A major Alphabet investor is calling on the Google parent company to take “aggressive action” to cut costs, including laying off workers.
“Our conversations with former executives suggest that the business could be operated more effectively with significantly fewer employees,” read a letter TCI Fund Management owner Christopher Hohn wrote to Alphabet CEO Sundar Pichai.
TCI holds a $6 billion stake in Alphabet, about 0.27%, which places it just outside of the top 20 largest shareholders, CNBC reported.
“We are writing to express our view that the cost base of Alphabet is too high and that management needs to take aggressive action,” Hohn wrote in the letter made public Tuesday. “The company has too many employees and the cost per employee is too high.”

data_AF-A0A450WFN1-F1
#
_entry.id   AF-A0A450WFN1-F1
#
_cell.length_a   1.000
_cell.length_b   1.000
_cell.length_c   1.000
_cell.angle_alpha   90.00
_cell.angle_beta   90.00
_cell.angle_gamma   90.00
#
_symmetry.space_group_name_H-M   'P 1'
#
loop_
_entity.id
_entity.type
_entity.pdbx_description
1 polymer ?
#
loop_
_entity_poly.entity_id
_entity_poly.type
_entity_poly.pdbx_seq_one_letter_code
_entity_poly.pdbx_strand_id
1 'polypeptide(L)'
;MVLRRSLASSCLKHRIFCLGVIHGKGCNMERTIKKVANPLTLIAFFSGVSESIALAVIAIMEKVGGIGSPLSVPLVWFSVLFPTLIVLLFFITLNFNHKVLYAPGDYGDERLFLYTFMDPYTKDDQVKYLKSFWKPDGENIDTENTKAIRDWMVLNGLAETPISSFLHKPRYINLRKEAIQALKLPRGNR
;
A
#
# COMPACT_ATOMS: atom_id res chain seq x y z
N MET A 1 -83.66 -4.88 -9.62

In particular, Hohn said Alphabet pays too many employees too high of a salary. Alphabet disclosed median annual compensation at $295,884 for 2021.
Hohn acknowledge computer scientists command high salaries, but compensation for non-engineering staff should fall “in-line with other technology companies.”
Hohn said he agreed with Altimeter Capital’s Brad Gerstner who recently wrote that Google, Meta, Twitter, Uber and other Silicon Valley companies “could achieve similar levels of revenue with far fewer people.”
Alphabet is one of the few tech giants not to experience layoffs recently. The New York Times reported Monday that Amazon is planning to layoff 10,000 corporate workers. Meta Platforms last week laid off 11,000 employees, around 13% of its staff. New Twitter owner Elon Musk is expected to halve the company’s workforce to roughly 3,700 employees.
Shares of Google (GOOG) on Tuesday rose $2.69, or 2.80%. to close at $98.72.